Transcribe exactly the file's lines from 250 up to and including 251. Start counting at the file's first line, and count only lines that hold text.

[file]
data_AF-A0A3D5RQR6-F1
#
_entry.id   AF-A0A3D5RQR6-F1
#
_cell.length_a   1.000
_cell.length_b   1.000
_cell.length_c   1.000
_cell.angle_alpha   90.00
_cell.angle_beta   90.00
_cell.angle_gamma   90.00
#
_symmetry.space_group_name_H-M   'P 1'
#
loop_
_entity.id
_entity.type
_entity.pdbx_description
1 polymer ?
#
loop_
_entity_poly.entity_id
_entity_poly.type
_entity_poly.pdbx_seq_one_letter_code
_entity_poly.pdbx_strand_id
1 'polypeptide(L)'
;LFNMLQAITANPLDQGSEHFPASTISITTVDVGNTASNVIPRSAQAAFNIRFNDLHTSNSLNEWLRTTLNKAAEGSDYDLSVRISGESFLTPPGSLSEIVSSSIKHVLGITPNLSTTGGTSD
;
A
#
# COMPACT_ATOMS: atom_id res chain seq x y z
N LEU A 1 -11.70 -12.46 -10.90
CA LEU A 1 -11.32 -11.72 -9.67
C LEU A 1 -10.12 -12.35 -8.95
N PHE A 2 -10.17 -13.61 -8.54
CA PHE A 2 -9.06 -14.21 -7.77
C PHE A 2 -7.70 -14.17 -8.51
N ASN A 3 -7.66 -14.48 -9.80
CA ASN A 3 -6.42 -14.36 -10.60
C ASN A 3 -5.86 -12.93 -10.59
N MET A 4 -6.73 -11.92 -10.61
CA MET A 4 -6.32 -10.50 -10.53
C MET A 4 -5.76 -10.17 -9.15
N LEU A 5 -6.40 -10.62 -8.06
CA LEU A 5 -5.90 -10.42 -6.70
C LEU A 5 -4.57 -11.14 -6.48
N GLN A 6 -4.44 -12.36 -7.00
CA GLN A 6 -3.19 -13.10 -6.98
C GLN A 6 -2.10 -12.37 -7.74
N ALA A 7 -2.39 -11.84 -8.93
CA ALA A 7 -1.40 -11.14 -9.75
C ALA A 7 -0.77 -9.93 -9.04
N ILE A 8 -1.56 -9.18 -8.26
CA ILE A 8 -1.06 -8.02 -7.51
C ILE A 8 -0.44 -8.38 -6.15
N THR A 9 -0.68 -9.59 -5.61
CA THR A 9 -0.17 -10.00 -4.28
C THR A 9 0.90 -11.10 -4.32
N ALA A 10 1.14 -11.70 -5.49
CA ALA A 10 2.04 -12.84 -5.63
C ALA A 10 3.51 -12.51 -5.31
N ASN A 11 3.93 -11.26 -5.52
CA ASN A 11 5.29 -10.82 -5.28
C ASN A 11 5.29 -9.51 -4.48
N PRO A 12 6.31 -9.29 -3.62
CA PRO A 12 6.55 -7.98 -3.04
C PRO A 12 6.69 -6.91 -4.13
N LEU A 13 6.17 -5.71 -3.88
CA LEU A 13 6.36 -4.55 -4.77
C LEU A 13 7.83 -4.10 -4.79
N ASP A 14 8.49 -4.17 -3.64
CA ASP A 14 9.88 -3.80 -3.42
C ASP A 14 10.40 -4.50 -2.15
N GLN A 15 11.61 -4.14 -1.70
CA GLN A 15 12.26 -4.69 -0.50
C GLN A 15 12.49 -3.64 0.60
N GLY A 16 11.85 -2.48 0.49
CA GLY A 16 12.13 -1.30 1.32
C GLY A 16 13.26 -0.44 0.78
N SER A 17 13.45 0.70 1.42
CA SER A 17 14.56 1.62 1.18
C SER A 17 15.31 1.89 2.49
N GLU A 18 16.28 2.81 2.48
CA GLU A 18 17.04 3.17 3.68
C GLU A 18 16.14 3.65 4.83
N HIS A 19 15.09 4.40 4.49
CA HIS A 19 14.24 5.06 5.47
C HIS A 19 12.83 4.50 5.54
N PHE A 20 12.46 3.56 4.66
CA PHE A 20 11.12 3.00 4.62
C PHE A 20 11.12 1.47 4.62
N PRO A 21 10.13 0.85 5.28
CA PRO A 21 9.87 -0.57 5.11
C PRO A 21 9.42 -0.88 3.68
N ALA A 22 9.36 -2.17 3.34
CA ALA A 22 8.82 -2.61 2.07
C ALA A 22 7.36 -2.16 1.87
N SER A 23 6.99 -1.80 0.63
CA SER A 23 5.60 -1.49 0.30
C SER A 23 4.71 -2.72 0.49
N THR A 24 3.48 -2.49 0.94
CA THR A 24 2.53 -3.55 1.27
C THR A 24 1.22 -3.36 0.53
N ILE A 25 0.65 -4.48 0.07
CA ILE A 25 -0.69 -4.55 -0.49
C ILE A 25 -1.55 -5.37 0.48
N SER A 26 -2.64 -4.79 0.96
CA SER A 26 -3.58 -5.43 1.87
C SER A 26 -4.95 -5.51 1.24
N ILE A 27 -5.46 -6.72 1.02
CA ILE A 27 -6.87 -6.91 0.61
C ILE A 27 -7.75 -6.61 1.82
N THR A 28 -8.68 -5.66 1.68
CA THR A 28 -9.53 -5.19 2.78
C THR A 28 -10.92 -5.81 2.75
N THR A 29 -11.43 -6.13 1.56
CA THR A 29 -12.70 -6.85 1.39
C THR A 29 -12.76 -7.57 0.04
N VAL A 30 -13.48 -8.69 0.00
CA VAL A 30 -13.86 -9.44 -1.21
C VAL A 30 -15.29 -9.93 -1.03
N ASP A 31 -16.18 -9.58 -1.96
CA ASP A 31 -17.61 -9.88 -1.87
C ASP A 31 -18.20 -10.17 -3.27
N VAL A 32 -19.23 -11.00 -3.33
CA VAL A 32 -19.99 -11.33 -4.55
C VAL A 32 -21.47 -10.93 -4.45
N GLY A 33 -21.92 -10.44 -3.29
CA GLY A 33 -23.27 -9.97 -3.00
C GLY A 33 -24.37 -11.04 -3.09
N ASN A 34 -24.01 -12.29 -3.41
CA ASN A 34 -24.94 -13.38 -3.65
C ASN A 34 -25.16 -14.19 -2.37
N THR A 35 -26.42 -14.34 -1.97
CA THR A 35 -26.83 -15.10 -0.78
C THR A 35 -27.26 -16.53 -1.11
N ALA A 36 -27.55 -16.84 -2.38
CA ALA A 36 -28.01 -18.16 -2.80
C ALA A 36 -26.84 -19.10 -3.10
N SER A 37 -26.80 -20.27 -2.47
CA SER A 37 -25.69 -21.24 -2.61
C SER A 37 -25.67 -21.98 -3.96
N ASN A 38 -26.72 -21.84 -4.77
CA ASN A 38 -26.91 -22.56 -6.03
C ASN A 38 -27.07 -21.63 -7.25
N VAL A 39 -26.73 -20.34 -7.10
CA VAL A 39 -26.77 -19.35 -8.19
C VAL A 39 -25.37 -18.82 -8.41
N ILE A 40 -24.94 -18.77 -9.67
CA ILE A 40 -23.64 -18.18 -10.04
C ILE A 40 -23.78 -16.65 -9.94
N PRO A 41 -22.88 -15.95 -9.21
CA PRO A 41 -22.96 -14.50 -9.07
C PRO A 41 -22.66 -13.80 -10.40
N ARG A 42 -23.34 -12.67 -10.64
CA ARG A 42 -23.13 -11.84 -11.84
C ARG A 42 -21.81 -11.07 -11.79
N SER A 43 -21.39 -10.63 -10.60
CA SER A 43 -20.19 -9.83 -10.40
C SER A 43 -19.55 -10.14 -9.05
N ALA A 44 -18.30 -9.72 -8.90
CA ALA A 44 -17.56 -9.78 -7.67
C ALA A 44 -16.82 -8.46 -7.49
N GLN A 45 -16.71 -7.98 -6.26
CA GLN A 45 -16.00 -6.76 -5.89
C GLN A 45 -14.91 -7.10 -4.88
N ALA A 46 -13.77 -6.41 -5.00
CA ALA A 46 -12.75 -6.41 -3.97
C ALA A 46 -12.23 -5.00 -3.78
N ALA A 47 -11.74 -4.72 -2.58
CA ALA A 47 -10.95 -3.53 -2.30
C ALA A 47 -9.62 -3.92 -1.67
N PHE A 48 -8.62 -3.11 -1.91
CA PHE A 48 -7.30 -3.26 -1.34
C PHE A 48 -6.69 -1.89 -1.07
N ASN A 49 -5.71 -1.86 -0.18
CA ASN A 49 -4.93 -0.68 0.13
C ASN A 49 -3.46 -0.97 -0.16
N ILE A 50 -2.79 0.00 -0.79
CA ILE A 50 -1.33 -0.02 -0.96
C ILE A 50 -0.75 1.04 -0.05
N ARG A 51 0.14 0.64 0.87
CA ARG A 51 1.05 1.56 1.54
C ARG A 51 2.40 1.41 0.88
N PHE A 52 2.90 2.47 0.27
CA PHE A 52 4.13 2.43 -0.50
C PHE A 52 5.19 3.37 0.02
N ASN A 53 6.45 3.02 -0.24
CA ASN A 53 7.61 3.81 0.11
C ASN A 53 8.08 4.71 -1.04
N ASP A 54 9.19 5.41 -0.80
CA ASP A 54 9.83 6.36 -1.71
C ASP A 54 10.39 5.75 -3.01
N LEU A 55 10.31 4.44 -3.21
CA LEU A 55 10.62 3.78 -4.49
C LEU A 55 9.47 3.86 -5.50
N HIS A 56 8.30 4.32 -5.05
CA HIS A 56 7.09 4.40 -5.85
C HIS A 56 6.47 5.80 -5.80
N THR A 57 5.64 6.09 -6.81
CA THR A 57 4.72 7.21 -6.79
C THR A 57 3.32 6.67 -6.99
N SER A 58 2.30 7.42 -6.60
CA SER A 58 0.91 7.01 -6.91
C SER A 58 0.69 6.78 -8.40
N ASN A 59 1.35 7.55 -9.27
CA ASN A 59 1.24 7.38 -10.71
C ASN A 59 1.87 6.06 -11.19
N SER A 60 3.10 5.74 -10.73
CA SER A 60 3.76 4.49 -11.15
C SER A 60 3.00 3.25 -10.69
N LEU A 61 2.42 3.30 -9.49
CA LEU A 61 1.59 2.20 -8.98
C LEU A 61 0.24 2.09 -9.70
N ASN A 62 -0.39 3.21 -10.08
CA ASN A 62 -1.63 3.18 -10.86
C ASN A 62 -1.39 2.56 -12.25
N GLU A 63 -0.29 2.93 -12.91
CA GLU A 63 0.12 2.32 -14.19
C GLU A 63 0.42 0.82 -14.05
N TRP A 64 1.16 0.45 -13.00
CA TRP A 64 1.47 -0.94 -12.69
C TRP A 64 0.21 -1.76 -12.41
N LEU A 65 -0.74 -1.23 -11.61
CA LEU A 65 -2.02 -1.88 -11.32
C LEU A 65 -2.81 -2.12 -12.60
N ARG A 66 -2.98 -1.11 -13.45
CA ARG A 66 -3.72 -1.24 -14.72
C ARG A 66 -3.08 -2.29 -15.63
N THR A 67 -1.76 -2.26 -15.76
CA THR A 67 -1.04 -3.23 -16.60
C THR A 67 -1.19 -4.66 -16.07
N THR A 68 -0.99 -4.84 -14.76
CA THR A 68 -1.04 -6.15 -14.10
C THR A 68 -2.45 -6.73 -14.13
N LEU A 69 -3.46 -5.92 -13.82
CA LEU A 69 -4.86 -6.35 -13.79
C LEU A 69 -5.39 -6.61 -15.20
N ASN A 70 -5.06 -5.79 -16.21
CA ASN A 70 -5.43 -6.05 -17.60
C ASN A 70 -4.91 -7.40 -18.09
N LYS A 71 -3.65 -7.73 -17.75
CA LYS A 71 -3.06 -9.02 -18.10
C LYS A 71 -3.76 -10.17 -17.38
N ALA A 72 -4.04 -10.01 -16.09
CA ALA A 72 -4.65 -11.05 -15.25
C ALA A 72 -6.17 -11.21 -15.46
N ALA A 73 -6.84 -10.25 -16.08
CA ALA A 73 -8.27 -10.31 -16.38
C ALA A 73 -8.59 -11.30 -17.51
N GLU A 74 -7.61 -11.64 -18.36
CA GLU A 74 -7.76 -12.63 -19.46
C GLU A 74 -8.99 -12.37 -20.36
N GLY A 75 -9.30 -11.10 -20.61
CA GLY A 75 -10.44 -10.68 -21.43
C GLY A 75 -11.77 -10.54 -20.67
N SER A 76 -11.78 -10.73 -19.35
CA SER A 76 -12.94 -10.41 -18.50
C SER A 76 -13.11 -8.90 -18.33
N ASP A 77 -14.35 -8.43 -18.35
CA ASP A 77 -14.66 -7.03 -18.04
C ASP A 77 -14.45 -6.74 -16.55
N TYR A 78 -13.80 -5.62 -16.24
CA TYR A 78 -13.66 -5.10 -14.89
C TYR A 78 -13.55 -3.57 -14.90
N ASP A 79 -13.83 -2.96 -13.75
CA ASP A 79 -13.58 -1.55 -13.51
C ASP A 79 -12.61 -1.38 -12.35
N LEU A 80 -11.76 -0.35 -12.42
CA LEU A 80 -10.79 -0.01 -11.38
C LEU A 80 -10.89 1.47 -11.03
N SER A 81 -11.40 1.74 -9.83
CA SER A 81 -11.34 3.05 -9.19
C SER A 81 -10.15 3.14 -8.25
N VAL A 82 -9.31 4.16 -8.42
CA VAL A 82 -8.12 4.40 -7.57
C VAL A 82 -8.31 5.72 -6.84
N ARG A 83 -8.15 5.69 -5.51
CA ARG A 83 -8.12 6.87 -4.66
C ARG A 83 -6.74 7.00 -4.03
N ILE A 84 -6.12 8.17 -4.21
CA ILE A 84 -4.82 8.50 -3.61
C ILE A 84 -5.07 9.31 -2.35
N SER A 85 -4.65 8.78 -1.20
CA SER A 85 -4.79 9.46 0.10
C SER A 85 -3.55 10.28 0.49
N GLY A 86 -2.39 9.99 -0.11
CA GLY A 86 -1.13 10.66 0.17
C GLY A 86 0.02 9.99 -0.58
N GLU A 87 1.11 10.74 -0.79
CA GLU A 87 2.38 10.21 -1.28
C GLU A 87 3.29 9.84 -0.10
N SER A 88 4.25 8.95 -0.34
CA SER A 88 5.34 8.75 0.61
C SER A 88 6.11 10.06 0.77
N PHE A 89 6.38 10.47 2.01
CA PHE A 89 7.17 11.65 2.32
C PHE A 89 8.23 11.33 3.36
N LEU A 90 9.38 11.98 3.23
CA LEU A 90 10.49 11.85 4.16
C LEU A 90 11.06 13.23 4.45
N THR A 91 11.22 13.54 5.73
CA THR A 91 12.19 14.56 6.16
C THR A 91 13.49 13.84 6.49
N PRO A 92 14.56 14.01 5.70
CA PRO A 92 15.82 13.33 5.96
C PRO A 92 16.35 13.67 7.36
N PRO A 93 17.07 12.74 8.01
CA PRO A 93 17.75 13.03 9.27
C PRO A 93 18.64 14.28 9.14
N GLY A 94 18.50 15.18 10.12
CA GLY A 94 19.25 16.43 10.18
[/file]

N GLU A 74 -7.61 -11.64 -18.36
CA GLU A 74 -7.76 -12.63 -19.46